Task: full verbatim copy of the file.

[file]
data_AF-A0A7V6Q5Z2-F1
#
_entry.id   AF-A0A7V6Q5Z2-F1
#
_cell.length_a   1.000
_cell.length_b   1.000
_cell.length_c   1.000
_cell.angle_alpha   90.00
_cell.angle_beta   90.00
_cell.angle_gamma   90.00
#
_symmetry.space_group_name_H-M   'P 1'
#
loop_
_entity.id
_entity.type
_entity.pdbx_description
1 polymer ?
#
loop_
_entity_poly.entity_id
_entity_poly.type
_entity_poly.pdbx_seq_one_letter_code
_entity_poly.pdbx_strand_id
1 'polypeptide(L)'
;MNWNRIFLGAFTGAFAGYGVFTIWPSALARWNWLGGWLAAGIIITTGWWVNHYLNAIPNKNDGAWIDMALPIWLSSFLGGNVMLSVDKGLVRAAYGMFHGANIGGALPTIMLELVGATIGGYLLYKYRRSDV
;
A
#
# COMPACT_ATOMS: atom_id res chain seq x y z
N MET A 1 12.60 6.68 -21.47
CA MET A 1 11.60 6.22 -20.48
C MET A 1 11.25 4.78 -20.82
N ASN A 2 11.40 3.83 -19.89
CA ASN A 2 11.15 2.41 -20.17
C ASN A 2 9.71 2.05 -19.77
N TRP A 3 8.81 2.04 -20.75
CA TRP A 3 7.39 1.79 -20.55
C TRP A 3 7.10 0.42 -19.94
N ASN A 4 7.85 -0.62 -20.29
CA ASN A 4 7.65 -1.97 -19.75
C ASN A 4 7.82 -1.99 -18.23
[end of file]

data_AF-A0A7V6Q5Z2-F1
#
_entry.id   AF-A0A7V6Q5Z2-F1
#
_cell.length_a   1.000
_cell.length_b   1.000
_cell.length_c   1.000
_cell.angle_alpha   90.00
_cell.angle_beta   90.00
_cell.angle_gamma   90.00
#
_symmetry.space_group_name_H-M   'P 1'
#
loop_
_entity.id
_entity.type
_entity.pdbx_description
1 polymer ?
#
loop_
_entity_poly.entity_id
_entity_poly.type
_entity_poly.pdbx_seq_one_letter_code
_entity_poly.pdbx_strand_id
1 'polypeptide(L)'
;MNWNRIFLGAFTGAFAGYGVFTIWPSALARWNWLGGWLAAGIIITTGWWVNHYLNAIPNKNDGAWIDMALPIWLSSFLGGNVMLSVDKGLVRAAYGMFHGANIGGALPTIMLELVGATIGGYLLYKYRRSDV
;
A
#
# COMPACT_ATOMS: atom_id res chain seq x y z
N MET A 1 12.60 6.68 -21.47
CA MET A 1 11.60 6.22 -20.48
C MET A 1 11.25 4.78 -20.82
N ASN A 2 11.40 3.83 -19.89
CA ASN A 2 11.15 2.41 -20.17
C ASN A 2 9.71 2.05 -19.77
N TRP A 3 8.81 2.04 -20.75
CA TRP A 3 7.39 1.79 -20.55
C TRP A 3 7.10 0.42 -19.94
N ASN A 4 7.85 -0.62 -20.29
CA ASN A 4 7.65 -1.97 -19.75
C ASN A 4 7.82 -1.99 -18.23